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Demystifying AI for everyone: Part 2-NLP Vectorization
Latest   Machine Learning

Demystifying AI for everyone: Part 2-NLP Vectorization

Last Updated on July 17, 2023 by Editorial Team

Author(s): Himanshu Joshi

Originally published on Towards AI.

In the age of ChatGPT, let’s learn the basics

I have started this Demystifying AI for everyone series to explain the basic building blocks of NLP in layman's language. So that in the age of Chat GPT, everyone understands what are the basic building blocks of such a complex language model.

In this post, I will try to share what Vectorization means in NLP and what are the various Vectorization techniques that are most commonly used.

Photo by Amador Loureiro on Unsplash

If you haven't read the first part on NLP Basics, do give it a read.

Part 1-NLP Basics

Vectorization in simple words is nothing but converting words into vector formats so that computers can understand them

Vectorization techniques are used in natural language processing (NLP) to convert textual data into numerical representations that can be processed by machine learning algorithms.

Here are some common vectorization techniques used in NLP:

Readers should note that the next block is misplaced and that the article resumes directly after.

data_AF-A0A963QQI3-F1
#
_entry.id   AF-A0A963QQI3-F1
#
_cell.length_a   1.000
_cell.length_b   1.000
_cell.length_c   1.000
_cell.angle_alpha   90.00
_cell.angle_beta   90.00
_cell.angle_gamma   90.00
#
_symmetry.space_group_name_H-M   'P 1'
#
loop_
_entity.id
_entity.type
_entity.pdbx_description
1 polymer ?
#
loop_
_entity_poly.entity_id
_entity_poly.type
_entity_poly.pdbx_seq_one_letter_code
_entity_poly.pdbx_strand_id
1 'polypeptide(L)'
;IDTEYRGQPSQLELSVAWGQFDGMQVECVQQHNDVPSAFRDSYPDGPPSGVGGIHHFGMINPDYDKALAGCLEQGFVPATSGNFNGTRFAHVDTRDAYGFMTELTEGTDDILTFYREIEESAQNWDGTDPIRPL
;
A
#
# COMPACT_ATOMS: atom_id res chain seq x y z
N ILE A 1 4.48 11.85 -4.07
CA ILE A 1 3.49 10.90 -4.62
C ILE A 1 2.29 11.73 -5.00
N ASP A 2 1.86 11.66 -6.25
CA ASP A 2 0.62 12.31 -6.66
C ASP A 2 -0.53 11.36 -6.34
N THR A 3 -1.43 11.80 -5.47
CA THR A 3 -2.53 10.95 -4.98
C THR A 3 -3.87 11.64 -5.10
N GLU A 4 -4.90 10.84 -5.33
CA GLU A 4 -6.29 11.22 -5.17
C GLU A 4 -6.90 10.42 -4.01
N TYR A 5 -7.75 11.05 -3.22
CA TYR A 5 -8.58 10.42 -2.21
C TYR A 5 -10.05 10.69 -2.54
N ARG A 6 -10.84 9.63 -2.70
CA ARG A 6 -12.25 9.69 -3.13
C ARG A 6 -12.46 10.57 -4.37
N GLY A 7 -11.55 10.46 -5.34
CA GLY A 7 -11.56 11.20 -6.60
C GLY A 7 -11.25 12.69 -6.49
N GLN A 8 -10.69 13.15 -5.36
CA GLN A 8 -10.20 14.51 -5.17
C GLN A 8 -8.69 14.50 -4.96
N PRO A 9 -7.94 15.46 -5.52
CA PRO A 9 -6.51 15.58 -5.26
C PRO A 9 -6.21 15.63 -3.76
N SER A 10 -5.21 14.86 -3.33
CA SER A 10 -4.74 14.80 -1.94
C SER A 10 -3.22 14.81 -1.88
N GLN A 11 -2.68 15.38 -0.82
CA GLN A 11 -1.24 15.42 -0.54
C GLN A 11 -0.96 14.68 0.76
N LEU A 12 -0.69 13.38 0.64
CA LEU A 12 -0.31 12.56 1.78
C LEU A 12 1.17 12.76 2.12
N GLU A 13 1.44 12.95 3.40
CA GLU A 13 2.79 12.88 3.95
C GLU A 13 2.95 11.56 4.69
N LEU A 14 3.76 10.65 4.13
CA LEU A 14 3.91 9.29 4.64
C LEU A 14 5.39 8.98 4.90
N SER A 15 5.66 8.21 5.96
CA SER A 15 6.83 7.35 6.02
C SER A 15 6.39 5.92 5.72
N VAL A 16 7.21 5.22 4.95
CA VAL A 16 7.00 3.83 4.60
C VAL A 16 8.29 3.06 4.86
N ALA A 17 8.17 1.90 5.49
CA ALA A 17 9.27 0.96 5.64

Bag of Words (BoW):

This technique represents text as a matrix of word counts, where each row corresponds to a document, and each column corresponds to a word in the vocabulary. The values in the matrix represent the frequency of each word in each document.

BoW counts the frequency of each word in a document and creates a vector where each element represents the count of a particular word in the document.

For example, consider there are 3 sentences we are working with

  1. The cat in the hat
  2. The dog is on the street
  3. The bird is in the cage

Before we move ahead, let's define some vocabulary

every sentence is a document & all the sentences make up the corpus

document = individual sentence

corpus = all the documents put together

the sentence (document) “The cat in the hat” would be represented as [1, 1, 1, 0, 0, 0] for the words “the”, “cat”, “in”, “hat”, “dog”, and “bird”, respectively.

Basically, the word present in a document is assigned 1, and the word not present is assigned 0 in the BoW vectorization technique.

Term Frequency-Inverse Document Frequency (TF-IDF):

This technique is similar to BoW, but it weights the word counts by their frequency in the corpus.

Words that frequently occur in a document but infrequently in the corpus are considered more important and are given higher weights.

To explain this in simple words, the word that appears in all sentences will not give as much information as the words that appear in a few sentences right?

For example: “the” appears in all sentences. Does it give any information? Most likely not.

At the same time, “cat/dog/bird” appears only in 1 sentence, so the probability of them providing the information is much much higher than “the”

The formula for Term Frequency-Inverse Document Frequency (TF-IDF) is:

TF-IDF(w,d) = TF(w,d) x IDF(w)